After 25 hours to make its case in the Apple vs. Samsung trial in San Jose, Calif., Apple wrapped up 14 hours this afternoon by calling CPA Terry Musika to the stand. The Verge reported that, while on the stand, Musika broke down just how much money Apple lost due to Samsung’s patent infringement, which is the highlight of the entire case. According to Musika and Apple’s calculations, the company lost 2 million iPhone and iPad sales or $488.8 million in total. The amount was calculated by the products that Samsung was accused of copying, as well as royalty fees Apple believes Samsung should have paid for its products in question, and profits that Apple may have lost.
The CPA then brought up the $8.16 billion in revenue and $2.241 billion in profit Samsung garnered from the sale of its devices. After taking Samsung’s taxes, profit, and the market conditions at the time into consideration, Musika believes Samsung should pay $2.5 billion to $2.75 billion in damages. That figure is on key with what Apple has already presented. Read on:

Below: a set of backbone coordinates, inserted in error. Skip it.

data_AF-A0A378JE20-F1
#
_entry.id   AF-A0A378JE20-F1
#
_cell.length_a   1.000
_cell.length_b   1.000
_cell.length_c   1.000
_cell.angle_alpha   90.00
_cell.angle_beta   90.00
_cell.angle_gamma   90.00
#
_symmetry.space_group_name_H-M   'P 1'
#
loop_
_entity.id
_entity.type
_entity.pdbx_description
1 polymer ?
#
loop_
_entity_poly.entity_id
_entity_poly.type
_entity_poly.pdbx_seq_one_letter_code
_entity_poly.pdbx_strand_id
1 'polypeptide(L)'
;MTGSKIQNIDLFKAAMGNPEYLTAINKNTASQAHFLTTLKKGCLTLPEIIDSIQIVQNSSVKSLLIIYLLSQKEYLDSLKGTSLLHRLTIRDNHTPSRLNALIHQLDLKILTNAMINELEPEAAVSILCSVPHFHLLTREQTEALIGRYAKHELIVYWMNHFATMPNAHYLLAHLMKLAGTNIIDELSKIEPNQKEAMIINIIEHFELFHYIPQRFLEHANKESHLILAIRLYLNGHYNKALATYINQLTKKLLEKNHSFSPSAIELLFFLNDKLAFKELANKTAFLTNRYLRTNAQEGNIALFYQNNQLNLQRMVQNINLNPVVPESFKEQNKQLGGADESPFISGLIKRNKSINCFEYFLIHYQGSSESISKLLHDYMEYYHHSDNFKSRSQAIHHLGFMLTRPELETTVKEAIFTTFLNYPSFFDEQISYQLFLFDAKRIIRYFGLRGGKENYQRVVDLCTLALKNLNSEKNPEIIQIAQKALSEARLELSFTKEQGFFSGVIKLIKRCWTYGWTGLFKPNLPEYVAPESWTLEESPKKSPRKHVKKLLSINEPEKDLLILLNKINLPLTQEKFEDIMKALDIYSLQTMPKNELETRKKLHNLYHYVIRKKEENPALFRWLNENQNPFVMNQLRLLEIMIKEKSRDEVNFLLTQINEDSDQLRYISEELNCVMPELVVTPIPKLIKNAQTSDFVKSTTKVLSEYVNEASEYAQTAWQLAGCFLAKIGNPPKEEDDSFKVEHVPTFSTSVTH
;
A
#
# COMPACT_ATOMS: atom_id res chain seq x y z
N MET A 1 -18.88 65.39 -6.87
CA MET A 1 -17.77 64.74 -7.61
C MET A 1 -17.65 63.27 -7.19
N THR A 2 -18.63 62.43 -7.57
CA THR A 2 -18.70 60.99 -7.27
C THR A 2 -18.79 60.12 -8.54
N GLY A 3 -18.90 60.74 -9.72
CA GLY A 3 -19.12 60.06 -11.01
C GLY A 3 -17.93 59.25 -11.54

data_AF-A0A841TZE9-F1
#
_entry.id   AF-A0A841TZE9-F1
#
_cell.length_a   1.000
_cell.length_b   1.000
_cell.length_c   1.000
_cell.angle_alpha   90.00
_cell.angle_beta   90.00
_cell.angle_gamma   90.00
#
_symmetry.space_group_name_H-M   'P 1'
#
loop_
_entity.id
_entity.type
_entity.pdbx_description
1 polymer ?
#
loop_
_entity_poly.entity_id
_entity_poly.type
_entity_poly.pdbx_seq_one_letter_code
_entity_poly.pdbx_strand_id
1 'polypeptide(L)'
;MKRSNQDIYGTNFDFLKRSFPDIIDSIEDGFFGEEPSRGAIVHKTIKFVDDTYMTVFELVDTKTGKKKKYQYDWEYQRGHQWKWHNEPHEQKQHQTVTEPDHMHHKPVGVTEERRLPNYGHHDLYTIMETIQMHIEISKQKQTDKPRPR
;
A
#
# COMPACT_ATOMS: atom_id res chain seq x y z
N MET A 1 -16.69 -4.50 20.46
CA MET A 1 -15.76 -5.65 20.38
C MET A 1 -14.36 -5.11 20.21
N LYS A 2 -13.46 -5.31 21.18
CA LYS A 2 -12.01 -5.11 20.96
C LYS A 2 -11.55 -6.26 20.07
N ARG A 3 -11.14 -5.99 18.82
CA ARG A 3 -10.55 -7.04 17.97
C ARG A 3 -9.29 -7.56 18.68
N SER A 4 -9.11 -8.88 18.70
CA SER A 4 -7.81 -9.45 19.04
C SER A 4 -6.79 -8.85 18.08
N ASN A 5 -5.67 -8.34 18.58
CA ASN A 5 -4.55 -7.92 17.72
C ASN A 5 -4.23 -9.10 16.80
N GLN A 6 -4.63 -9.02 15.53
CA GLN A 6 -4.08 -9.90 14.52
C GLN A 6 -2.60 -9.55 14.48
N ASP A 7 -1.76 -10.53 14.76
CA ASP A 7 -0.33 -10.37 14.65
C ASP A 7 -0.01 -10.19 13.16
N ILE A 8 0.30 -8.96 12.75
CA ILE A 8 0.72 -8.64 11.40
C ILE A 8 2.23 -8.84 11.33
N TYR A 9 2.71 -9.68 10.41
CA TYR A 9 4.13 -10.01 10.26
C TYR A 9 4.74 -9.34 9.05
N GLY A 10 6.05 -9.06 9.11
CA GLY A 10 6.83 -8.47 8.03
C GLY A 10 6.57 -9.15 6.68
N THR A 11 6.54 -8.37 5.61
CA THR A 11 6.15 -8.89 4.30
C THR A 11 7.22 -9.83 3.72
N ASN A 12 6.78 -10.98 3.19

Once Apple’s time finished this afternoon, Samsung put in a motion to dismiss the entire case. Judge Koh denied all requests but one. Koh threw out one specific case in regards to three smartphones not generally sold in the United States (thus giving Samsung a small victory), but the rest were ordered to stay. Samsung then began the allotted 25 hours to make its case late this afternoon.
The Apple vs. Samsung case has revealed a treasure trove of information so far. We learned about the creation of many Apple products, how Apple designs them, and important sales data. Furthermore, we learned today that Apple licenses its iOS patents to Microsoft, protecting the Redmond-based company from any Windows Mobile-related lawsuits. Last week, it was revealed that Apple attempted to strike a similar patent licensing agreement with Samsung. Of course, we now know that Samsung, unlike Microsoft, clearly was not interested.
We will continue to cover the latest as witnesses ordered by Samsung take the stand. Is it just I, or does 2 million devices across two markets not seem like a ton of sales? [The Verge]